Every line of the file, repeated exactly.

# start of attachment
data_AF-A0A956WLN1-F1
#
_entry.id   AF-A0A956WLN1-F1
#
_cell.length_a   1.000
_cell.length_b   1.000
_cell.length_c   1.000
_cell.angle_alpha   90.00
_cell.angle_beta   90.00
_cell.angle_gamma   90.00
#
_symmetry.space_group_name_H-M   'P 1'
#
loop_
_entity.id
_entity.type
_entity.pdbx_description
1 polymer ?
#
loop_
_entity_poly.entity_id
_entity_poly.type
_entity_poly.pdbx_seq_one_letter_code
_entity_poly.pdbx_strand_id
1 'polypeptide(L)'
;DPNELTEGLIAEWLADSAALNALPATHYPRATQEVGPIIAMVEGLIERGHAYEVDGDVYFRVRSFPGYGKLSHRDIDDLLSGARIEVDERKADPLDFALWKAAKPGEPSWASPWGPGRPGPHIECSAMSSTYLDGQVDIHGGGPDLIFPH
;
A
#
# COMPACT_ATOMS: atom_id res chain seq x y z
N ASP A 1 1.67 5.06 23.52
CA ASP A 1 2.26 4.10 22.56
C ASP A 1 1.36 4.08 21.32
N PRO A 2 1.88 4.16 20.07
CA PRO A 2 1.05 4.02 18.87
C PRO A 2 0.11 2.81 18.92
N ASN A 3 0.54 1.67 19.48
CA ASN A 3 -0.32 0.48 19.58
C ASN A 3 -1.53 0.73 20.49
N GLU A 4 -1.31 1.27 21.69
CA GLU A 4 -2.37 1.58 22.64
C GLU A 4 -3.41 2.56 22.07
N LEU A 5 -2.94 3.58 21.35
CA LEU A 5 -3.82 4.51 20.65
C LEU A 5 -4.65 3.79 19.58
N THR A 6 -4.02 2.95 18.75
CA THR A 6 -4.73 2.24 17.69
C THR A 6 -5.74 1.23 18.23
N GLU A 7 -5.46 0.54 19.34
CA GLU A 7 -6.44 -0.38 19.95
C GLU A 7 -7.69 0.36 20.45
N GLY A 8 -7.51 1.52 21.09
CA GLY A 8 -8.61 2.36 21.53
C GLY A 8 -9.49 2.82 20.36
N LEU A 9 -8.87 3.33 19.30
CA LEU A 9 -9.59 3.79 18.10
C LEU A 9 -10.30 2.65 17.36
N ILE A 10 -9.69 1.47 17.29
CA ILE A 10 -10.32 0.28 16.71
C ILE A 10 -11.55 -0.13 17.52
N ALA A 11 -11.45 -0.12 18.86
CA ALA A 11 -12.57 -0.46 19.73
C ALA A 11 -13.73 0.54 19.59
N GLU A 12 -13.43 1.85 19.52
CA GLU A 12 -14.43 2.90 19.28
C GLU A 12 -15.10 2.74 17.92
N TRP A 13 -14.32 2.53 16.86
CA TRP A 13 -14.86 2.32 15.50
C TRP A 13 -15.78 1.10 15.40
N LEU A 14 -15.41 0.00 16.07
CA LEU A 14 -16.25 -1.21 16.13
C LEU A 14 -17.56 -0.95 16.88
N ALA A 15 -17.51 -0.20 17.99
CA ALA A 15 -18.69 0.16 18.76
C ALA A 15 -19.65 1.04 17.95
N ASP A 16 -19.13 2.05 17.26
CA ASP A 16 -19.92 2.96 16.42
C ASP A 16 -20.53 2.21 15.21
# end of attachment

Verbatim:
data_AF-A0A956WLN1-F1
#
_entry.id   AF-A0A956WLN1-F1
#
_cell.length_a   1.000
_cell.length_b   1.000
_cell.length_c   1.000
_cell.angle_alpha   90.00
_cell.angle_beta   90.00
_cell.angle_gamma   90.00
#
_symmetry.space_group_name_H-M   'P 1'
#
loop_
_entity.id
_entity.type
_entity.pdbx_description
1 polymer ?
#
loop_
_entity_poly.entity_id
_entity_poly.type
_entity_poly.pdbx_seq_one_letter_code
_entity_poly.pdbx_strand_id
1 'polypeptide(L)'
;DPNELTEGLIAEWLADSAALNALPATHYPRATQEVGPIIAMVEGLIERGHAYEVDGDVYFRVRSFPGYGKLSHRDIDDLLSGARIEVDERKADPLDFALWKAAKPGEPSWASPWGPGRPGPHIECSAMSSTYLDGQVDIHGGGPDLIFPH
;
A
#
# COMPACT_ATOMS: atom_id res chain seq x y z
N ASP A 1 1.67 5.06 23.52
CA ASP A 1 2.26 4.10 22.56
C ASP A 1 1.36 4.08 21.32
N PRO A 2 1.88 4.16 20.07
CA PRO A 2 1.05 4.02 18.87
C PRO A 2 0.11 2.81 18.92
N ASN A 3 0.54 1.67 19.48
CA ASN A 3 -0.32 0.48 19.58
C ASN A 3 -1.53 0.73 20.49
N GLU A 4 -1.31 1.27 21.69
CA GLU A 4 -2.37 1.58 22.64
C GLU A 4 -3.41 2.56 22.07
N LEU A 5 -2.94 3.58 21.35
CA LEU A 5 -3.82 4.51 20.65
C LEU A 5 -4.65 3.79 19.58
N THR A 6 -4.02 2.95 18.75
CA THR A 6 -4.73 2.24 17.69
C THR A 6 -5.74 1.23 18.23
N GLU A 7 -5.46 0.54 19.34
CA GLU A 7 -6.44 -0.38 19.95
C GLU A 7 -7.69 0.36 20.45
N GLY A 8 -7.51 1.52 21.09
CA GLY A 8 -8.61 2.36 21.53
C GLY A 8 -9.49 2.82 20.36
N LEU A 9 -8.87 3.33 19.30
CA LEU A 9 -9.59 3.79 18.10
C LEU A 9 -10.30 2.65 17.36
N ILE A 10 -9.69 1.47 17.29
CA ILE A 10 -10.32 0.28 16.71
C ILE A 10 -11.55 -0.13 17.52
N ALA A 11 -11.45 -0.12 18.86
CA ALA A 11 -12.57 -0.46 19.73
C ALA A 11 -13.73 0.54 19.59
N GLU A 12 -13.43 1.85 19.52
CA GLU A 12 -14.43 2.90 19.28
C GLU A 12 -15.10 2.74 17.92
N TRP A 13 -14.32 2.53 16.86
CA TRP A 13 -14.86 2.32 15.50
C TRP A 13 -15.78 1.10 15.40
N LEU A 14 -15.41 0.00 16.07
CA LEU A 14 -16.25 -1.21 16.13
C LEU A 14 -17.56 -0.95 16.88
N ALA A 15 -17.51 -0.20 17.99
CA ALA A 15 -18.69 0.16 18.76
C ALA A 15 -19.65 1.04 17.95
N ASP A 16 -19.13 2.05 17.26
CA ASP A 16 -19.92 2.96 16.42
C ASP A 16 -20.53 2.21 15.21